48. Jared says

    For the second time, I don’t give a fuck who Alyssa Bereznak wants to date.  In fact, this thread is the first time I’ve had occasion to discuss it.  What bothers me is the notion that the backlash against her is evidence of misogyny or anti-female antics.I’m not saying I think people are wrong not to date me, which by the way is a ridiculous straw man.  I’m saying that people should treat me like a human being, or, failing that, expect to be called out as jerks.You can’t expect to be that rude to people and not be insulted back.  Don’t dish it out if you can’t take it.  Again, suppose I rant about “bloated sows” using old pictures on OKcupid and that “all the fatties our there” should expect a blog post about them if they attempt to date me.  Would women who call me a “dick” be man haters?  Of course not, it’s absurd.> We can’t simply attack her, after all aren’t we all nice?Speak for yourself.  I don’t think that women are delicate little flowers such that I can’t call them an asshole if they’re being one or they’ll get the vapors.> If we aren’t what she is looking for then all we can do is wish her luck that she finds whatever she likes. She isn’t going to see the error of her ways and fall deeply in love with the world Pokemon TCG champion. She knows what she wants and it’s not us. And if I were on a date with her and she cut it short by politely telling me she doesn’t like nerds, I’d want to shake her hand.  However, if she were to insinuate that I did doing something wrong by using a fucking dating site to “infiltrate my way” into a date with her, I’d think she was a stuck-up bitch.

  49. says

    Jared, the notion that the backlash against Bereznak is sexist and misogynist comes from all the insults flung her way and at women in general as a result of what she wrote.It would be entirely possible to criticize her for the mean-spiritedness of her article in a completely mature and non-sexist manner. Some few people did that, but it was very few. The vast majority of responses to her were gendered insults, sexist rants and even a lot of full-on misogynistic diatribes.I don’t see how you could miss the sexism and misogyny in that comment thread on the Gizmodo article.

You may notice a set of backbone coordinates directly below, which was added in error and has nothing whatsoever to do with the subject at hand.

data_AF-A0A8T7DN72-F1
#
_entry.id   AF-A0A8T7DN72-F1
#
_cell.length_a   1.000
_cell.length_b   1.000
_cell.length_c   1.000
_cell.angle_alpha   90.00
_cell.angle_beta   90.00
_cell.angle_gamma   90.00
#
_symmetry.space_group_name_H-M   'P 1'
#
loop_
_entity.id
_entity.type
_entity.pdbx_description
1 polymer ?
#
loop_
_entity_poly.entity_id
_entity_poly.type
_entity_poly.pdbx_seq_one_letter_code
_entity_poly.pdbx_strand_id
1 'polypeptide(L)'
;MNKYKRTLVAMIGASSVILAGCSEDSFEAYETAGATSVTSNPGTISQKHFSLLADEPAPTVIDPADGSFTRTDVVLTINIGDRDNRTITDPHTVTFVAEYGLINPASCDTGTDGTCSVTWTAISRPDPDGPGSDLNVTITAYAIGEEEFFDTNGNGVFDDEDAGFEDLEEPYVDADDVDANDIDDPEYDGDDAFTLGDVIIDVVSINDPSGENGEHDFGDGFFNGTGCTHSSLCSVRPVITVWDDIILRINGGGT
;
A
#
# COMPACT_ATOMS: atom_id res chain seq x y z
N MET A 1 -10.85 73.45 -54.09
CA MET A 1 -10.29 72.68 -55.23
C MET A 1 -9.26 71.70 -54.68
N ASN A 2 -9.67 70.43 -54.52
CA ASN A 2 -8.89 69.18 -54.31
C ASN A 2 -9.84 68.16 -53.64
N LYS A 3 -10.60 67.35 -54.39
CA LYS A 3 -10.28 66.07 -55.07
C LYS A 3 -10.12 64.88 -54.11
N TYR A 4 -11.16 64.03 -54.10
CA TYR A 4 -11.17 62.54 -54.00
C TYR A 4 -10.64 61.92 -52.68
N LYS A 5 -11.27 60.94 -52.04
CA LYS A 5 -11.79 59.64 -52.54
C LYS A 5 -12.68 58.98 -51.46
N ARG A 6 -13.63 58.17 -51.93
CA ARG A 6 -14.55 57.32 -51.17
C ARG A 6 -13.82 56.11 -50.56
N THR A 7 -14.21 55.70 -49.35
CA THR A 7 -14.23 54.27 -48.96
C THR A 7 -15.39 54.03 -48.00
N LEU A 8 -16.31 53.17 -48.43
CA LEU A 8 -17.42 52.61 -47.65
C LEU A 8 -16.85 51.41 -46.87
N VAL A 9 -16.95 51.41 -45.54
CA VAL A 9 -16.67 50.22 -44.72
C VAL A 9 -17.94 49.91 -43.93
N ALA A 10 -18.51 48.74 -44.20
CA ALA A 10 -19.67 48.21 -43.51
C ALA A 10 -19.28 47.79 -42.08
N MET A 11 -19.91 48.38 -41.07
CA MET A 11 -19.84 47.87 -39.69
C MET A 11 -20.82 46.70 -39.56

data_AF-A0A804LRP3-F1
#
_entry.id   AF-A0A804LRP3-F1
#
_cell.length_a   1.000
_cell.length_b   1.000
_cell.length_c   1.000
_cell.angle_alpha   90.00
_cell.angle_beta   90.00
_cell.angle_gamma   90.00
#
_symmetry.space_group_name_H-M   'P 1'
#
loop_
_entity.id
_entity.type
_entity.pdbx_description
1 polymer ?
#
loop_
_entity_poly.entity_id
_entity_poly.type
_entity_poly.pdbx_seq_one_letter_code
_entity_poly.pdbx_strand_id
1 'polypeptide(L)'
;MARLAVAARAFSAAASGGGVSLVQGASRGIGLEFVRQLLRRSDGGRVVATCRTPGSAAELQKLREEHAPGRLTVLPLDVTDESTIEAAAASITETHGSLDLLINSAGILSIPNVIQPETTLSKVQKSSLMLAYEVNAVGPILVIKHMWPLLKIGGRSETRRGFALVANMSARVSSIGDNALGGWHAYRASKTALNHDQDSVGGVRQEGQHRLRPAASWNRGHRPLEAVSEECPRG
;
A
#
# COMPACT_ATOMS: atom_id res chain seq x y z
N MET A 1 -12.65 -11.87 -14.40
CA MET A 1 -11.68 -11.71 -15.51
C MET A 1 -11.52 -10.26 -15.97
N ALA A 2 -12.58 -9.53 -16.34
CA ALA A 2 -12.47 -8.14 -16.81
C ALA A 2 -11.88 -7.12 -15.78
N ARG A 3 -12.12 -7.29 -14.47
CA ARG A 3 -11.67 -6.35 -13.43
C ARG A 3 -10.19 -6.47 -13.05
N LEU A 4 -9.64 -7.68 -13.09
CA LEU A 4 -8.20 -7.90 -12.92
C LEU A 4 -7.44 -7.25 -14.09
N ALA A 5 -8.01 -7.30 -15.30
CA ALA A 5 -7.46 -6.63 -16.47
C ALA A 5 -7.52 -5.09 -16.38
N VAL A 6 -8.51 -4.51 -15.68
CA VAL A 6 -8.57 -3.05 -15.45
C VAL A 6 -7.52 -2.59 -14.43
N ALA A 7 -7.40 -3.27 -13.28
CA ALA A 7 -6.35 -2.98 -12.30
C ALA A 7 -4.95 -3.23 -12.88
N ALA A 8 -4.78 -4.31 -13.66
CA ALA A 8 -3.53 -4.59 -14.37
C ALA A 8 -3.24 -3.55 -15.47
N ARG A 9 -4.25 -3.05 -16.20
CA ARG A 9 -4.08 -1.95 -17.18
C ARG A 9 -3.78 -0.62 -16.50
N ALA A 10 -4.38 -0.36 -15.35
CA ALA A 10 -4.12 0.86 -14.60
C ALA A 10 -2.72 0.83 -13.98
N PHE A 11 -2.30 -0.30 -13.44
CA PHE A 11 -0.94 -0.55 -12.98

50. Jared says

    I just wasted my time reading through two pages of the Gizmodo comment thread and the only thing matching what you describe was 3 people calling her a bitch.  I’m obviously not going to read the whole thing.  What I read was all tamer than the examples from Mr. Hait’s article, which is consistent with my assumption that he was showing some of the worst of it, not a random sample.  (And, just for the record, I am obviously not expecting there to be zero sexism: that would be amazing.  Rather, I’m expecting it to be reasonably low given the overall volume.  Ultimately, the ability of a woman to spark sexist insults and rants by being a complete jerk is not very interesting.  I’m sure I could spark some sexist rants against men if I tried.)As far as gendered insults, at the very least it’s not evidence of disproportionate sexism in geek culture compared to the entire culture, since probably over 95% of people, from the subset who swear non-negligibly, use the word “bitch”.Who cares what fraction of the criticisms were “completely mature”?  Welcome to the Internet.  We’re arguing about the extent of sexism, not whether people obey the social mores of Victorian England.